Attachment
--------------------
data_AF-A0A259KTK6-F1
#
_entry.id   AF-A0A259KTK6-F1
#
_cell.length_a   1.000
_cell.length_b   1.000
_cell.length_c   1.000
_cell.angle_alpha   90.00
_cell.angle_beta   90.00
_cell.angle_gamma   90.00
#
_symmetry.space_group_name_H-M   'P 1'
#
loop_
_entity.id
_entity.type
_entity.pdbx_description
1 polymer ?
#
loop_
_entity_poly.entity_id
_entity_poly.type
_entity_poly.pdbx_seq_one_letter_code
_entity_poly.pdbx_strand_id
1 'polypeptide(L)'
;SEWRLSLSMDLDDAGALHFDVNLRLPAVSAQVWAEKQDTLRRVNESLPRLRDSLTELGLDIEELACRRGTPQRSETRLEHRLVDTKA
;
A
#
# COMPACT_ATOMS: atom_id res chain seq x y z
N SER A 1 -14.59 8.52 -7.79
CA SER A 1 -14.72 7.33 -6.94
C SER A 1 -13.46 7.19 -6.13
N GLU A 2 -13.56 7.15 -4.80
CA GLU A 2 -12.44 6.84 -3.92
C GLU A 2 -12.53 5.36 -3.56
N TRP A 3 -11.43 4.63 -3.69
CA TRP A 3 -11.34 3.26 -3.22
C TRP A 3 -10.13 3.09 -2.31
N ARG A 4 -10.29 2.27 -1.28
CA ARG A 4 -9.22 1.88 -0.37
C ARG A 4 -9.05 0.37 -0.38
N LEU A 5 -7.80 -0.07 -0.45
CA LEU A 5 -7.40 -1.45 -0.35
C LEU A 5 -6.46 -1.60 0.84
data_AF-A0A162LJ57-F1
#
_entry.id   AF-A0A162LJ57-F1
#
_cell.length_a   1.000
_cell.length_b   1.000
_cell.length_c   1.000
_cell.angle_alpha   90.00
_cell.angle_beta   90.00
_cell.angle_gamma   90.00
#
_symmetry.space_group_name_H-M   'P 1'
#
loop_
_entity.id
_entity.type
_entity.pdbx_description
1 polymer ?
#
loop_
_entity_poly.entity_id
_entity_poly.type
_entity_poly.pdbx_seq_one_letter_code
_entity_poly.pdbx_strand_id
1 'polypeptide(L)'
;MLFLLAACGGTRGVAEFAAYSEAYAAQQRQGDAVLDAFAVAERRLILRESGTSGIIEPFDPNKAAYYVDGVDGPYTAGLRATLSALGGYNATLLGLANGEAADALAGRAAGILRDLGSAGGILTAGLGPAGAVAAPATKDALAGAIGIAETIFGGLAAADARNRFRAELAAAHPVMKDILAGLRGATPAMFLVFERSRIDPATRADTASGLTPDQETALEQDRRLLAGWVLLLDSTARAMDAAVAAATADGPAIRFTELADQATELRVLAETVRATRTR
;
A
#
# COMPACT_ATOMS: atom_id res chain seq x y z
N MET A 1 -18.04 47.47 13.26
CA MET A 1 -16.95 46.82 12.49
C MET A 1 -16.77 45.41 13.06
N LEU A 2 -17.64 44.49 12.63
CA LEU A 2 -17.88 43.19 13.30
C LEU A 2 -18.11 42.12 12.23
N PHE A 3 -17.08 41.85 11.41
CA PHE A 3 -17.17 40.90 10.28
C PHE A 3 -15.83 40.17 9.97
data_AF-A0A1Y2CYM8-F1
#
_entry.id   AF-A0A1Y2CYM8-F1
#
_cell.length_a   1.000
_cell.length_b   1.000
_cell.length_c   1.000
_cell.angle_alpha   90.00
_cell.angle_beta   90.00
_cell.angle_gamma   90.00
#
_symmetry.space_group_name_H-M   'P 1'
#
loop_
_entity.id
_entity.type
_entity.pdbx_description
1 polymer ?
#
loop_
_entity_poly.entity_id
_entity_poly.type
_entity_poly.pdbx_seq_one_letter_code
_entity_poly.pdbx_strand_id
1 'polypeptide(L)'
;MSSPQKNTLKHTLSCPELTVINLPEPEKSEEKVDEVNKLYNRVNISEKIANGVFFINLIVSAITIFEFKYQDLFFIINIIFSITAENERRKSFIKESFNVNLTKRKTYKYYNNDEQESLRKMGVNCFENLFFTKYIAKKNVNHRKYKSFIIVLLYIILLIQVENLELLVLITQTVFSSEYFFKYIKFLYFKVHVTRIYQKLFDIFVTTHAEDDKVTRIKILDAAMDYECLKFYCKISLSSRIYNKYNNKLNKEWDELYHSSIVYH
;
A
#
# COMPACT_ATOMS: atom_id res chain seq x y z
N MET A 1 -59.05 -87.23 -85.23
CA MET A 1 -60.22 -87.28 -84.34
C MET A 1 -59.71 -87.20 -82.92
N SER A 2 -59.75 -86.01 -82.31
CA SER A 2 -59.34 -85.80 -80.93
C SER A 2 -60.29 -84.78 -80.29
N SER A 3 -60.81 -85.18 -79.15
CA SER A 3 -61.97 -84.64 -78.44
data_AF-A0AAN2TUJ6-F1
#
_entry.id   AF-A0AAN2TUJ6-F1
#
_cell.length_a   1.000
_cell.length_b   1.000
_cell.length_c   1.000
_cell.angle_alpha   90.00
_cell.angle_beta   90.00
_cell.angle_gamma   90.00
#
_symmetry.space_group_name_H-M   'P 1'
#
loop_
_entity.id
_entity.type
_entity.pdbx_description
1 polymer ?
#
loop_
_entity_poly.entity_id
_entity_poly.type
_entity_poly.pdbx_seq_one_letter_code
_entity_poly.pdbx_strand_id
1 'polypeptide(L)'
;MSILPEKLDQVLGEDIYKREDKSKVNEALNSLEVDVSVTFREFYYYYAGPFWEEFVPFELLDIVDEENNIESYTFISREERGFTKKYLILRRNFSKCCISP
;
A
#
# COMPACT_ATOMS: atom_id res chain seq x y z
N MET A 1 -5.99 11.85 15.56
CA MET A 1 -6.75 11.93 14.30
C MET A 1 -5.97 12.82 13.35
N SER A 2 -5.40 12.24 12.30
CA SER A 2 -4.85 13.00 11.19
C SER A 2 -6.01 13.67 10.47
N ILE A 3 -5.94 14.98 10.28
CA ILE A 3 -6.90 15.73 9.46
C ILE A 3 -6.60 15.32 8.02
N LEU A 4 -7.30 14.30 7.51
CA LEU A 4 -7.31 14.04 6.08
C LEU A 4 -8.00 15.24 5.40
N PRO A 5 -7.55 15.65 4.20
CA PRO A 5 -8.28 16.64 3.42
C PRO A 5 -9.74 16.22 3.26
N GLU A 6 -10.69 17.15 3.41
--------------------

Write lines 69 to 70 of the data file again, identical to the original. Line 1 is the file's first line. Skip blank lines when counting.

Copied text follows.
_entity_poly.pdbx_strand_id
1 'polypeptide(L)'